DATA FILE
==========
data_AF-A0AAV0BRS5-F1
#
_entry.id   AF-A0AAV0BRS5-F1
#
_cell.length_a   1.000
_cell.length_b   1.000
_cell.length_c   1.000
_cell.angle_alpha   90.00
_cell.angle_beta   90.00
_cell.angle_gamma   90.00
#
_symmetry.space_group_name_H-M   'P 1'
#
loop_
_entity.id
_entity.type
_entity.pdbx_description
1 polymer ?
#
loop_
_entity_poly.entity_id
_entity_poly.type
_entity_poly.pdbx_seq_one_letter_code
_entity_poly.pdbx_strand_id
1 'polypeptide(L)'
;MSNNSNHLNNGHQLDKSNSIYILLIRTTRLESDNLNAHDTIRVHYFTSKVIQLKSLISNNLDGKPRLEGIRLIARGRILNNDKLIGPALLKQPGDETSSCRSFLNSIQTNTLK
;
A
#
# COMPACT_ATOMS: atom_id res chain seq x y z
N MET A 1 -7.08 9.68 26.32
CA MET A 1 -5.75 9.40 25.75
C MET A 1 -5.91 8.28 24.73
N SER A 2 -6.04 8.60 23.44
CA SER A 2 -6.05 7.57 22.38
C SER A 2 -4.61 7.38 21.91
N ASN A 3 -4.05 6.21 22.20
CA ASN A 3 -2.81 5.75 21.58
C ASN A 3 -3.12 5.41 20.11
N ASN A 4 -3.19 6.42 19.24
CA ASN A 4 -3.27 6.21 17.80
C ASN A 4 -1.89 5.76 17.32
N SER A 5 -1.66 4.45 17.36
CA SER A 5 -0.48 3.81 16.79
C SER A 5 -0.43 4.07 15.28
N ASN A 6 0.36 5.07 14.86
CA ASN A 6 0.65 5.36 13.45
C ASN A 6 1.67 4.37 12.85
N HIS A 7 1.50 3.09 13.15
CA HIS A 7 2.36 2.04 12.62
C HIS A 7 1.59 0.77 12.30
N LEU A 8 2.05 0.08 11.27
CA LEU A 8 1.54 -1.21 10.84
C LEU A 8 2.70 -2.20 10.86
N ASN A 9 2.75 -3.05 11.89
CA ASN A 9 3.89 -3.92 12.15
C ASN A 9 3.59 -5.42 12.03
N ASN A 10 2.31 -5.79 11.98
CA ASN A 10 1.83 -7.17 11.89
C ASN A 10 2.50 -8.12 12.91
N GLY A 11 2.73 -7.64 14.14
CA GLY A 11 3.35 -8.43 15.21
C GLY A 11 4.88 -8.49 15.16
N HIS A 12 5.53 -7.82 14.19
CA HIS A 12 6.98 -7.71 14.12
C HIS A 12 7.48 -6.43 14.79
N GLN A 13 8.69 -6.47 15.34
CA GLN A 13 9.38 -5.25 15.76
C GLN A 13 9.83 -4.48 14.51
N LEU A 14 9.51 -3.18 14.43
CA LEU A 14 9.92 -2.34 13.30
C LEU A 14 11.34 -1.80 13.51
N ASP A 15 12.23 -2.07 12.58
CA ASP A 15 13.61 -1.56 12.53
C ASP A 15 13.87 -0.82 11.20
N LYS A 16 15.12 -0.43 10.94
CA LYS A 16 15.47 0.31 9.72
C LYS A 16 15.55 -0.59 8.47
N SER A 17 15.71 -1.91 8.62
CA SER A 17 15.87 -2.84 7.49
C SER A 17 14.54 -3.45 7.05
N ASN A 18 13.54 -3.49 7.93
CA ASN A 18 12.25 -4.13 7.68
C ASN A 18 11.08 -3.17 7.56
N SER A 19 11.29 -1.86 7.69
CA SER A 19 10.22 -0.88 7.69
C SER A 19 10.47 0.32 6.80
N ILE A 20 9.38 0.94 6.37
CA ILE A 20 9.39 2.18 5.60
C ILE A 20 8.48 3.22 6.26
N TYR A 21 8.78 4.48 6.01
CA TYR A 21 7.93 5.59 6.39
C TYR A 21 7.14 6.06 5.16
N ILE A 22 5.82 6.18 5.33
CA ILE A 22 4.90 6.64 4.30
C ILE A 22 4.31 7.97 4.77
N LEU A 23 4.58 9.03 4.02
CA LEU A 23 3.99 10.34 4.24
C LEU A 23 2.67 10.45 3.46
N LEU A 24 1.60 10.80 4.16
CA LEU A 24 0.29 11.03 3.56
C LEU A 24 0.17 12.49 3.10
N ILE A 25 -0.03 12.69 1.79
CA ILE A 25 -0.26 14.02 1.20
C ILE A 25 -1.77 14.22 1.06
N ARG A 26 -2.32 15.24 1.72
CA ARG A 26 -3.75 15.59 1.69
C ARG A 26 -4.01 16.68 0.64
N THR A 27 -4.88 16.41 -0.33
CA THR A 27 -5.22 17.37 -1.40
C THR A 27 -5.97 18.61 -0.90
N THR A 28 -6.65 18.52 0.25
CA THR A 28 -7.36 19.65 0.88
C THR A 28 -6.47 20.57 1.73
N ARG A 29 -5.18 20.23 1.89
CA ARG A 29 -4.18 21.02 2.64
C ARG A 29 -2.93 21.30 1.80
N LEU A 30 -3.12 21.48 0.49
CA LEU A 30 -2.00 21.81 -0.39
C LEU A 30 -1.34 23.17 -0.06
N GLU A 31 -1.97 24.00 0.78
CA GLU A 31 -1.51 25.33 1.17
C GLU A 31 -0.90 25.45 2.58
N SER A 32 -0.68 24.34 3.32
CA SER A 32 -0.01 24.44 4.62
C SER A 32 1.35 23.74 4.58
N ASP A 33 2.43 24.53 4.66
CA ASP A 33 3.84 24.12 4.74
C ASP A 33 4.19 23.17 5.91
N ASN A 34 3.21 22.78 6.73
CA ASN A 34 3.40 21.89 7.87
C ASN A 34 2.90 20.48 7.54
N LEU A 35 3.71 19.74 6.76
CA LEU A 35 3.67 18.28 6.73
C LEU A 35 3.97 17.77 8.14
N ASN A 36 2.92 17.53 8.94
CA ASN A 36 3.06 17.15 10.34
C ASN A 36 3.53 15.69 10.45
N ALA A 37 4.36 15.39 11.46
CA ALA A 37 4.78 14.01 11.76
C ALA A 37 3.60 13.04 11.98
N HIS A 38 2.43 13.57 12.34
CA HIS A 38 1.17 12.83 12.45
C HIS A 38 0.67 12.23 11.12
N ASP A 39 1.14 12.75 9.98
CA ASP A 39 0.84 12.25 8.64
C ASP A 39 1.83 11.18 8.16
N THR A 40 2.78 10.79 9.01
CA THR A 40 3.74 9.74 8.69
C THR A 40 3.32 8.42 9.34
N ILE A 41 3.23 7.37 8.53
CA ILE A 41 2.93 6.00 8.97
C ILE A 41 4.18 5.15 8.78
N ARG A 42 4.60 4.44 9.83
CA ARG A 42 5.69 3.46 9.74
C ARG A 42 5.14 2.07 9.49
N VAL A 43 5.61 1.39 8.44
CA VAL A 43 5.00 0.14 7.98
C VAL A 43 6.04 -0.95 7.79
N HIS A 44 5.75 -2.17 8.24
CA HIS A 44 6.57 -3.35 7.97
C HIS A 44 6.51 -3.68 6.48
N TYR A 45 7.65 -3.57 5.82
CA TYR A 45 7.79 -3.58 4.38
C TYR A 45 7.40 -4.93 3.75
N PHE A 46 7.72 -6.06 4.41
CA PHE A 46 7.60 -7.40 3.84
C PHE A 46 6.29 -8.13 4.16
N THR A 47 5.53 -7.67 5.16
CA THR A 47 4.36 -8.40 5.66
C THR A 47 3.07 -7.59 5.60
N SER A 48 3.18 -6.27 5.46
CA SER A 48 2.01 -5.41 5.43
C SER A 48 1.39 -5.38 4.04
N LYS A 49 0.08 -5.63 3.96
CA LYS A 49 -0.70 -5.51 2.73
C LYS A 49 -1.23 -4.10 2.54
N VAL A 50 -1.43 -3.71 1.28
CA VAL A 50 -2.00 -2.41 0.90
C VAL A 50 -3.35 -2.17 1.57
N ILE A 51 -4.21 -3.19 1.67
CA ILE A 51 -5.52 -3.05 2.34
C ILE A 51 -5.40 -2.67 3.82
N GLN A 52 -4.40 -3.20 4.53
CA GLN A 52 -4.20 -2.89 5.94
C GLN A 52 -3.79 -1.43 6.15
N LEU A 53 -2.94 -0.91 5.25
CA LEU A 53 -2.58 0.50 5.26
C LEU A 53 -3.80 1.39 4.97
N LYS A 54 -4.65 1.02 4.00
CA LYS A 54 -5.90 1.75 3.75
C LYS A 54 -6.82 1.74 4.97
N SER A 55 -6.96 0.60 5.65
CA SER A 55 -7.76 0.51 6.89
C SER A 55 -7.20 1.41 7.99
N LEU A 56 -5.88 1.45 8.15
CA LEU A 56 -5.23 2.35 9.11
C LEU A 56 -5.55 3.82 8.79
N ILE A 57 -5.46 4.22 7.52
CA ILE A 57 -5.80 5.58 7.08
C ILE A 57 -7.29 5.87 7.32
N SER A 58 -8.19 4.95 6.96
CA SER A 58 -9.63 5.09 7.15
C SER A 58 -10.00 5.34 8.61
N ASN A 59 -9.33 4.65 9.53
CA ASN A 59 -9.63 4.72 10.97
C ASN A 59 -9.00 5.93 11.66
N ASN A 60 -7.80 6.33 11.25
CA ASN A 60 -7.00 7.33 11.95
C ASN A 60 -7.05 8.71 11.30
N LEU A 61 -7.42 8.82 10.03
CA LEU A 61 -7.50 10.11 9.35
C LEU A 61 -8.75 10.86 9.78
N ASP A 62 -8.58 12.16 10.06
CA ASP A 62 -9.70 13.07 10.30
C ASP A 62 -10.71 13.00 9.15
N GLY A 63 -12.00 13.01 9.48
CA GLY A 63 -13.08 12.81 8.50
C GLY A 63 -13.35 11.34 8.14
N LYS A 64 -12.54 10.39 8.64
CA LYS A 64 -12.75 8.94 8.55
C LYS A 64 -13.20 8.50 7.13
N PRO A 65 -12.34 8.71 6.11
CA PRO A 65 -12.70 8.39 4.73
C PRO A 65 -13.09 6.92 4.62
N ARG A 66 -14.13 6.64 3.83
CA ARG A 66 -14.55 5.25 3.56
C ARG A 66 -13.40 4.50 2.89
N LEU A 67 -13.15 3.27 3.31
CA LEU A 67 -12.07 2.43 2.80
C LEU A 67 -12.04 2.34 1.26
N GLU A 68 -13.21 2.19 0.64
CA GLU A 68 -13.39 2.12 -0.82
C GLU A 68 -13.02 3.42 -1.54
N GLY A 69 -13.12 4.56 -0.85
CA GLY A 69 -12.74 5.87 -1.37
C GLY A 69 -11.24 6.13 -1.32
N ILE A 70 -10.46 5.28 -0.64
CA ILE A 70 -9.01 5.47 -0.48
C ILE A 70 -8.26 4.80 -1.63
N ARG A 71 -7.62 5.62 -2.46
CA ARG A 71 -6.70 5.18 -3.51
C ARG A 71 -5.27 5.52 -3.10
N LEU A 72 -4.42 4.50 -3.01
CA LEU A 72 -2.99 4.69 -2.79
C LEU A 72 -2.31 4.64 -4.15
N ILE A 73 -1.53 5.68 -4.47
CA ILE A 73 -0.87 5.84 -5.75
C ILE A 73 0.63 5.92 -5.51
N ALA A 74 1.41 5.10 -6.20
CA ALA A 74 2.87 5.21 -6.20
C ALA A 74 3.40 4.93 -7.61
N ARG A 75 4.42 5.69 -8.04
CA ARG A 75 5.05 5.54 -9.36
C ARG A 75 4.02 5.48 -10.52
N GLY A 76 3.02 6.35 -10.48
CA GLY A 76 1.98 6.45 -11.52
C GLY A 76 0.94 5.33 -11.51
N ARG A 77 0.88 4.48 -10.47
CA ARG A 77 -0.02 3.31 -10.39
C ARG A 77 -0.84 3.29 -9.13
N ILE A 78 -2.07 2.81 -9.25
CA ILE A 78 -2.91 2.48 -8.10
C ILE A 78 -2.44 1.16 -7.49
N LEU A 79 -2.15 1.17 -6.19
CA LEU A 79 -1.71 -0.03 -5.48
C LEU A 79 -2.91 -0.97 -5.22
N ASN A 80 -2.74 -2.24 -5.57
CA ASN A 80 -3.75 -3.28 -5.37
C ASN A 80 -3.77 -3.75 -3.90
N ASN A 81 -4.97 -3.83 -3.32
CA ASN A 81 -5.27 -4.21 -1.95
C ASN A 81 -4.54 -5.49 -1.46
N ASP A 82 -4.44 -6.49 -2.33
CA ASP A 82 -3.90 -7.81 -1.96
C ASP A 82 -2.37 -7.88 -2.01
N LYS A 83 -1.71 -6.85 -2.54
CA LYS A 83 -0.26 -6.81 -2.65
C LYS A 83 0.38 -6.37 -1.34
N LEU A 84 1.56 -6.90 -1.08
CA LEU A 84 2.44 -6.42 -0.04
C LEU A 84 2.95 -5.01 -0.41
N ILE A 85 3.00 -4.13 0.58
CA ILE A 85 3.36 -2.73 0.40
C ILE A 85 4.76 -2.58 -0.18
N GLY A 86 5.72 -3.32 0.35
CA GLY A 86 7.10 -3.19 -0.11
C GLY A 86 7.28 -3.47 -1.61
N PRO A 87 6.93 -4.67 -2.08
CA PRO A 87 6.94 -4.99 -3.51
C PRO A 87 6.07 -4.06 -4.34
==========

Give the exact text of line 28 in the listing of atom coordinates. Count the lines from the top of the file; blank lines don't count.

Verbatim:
A